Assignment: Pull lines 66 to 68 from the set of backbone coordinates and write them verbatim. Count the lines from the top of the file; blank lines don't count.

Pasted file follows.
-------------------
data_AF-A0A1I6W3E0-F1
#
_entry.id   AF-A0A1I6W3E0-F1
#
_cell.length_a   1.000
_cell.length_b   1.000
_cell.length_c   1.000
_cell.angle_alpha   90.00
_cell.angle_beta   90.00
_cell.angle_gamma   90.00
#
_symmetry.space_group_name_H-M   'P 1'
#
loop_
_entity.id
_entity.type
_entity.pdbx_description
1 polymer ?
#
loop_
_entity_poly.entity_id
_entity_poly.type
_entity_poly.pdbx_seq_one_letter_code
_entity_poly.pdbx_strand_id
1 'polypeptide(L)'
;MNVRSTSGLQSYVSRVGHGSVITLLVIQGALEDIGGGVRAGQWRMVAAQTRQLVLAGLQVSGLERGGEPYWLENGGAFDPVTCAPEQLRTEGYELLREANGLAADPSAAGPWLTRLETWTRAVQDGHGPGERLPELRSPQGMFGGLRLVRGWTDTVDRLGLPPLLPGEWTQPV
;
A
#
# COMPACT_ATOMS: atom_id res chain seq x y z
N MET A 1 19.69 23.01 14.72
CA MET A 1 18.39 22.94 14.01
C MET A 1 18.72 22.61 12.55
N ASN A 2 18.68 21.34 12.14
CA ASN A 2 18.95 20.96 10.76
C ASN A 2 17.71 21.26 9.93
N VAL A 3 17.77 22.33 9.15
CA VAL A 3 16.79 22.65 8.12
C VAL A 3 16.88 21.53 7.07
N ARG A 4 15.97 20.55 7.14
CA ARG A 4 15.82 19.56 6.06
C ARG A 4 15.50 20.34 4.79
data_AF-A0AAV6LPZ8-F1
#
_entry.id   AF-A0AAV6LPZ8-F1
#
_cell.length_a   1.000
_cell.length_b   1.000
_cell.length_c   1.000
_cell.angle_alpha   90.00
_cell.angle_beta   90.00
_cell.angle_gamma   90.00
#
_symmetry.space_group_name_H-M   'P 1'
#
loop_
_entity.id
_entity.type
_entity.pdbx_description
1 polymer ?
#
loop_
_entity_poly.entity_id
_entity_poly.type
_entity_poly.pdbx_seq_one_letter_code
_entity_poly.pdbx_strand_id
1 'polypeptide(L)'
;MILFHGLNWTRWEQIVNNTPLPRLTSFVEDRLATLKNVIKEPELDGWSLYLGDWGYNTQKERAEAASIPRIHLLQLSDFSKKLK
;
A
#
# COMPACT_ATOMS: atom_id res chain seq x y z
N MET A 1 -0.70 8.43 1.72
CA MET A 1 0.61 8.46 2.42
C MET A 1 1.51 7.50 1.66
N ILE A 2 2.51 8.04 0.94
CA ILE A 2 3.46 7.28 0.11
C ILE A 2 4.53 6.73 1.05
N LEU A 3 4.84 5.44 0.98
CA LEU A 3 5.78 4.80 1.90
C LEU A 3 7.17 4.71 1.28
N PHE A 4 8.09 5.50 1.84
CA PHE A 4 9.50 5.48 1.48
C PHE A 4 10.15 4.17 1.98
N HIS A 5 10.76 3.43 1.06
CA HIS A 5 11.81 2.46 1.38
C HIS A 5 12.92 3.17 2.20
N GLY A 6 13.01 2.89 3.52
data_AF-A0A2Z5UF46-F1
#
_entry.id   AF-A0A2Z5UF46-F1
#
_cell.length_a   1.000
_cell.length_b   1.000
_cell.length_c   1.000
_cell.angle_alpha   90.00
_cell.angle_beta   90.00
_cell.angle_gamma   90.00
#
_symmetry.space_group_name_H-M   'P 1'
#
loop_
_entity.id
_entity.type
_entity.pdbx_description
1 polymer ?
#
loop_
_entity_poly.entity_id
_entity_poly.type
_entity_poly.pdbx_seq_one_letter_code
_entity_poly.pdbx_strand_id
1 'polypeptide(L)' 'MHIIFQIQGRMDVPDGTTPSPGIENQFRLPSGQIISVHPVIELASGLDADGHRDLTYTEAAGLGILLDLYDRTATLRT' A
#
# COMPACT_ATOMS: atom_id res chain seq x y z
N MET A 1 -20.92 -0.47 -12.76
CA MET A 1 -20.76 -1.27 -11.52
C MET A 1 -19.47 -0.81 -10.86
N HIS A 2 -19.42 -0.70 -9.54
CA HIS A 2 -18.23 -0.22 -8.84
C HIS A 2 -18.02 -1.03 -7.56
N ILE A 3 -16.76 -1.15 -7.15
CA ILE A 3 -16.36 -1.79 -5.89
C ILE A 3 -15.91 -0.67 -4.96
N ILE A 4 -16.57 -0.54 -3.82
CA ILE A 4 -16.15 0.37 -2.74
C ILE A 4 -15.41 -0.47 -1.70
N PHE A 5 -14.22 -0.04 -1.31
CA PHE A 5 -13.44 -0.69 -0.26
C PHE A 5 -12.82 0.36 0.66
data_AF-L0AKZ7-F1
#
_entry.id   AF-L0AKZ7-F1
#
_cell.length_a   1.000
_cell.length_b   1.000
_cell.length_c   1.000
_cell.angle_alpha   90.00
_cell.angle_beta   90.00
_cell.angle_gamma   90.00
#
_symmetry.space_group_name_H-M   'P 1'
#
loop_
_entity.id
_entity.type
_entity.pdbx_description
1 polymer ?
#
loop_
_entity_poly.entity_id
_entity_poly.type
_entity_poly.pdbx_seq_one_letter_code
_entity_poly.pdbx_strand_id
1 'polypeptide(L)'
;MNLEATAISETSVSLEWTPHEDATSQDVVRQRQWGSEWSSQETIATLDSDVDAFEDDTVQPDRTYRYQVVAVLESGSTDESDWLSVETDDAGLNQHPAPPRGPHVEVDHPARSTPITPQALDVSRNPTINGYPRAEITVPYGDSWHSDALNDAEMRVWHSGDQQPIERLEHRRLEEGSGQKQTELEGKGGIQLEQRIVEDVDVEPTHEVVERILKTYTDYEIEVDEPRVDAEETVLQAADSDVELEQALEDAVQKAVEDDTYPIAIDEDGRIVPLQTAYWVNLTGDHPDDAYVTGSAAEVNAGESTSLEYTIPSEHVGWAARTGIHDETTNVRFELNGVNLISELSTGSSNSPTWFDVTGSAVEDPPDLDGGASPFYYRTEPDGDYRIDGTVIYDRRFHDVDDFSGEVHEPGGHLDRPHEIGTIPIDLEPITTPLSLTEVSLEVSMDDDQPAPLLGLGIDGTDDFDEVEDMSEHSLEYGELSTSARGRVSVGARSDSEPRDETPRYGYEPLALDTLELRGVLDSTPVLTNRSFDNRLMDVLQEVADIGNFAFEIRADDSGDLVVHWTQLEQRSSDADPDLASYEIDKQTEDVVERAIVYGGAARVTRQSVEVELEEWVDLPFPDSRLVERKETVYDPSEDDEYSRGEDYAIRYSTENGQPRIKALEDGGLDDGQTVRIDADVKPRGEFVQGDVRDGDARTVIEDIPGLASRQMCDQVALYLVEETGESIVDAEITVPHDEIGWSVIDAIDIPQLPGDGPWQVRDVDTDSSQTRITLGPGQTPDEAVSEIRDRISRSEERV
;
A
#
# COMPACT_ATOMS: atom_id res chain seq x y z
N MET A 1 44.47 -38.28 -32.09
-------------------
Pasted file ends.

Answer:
_entity_poly.pdbx_strand_id
1 'polypeptide(L)'
;MILFHGLNWTRWEQIVNNTPLPRLTSFVEDRLATLKNVIKEPELDGWSLYLGDWGYNTQKERAEAASIPRIHLLQLSDFSKKLK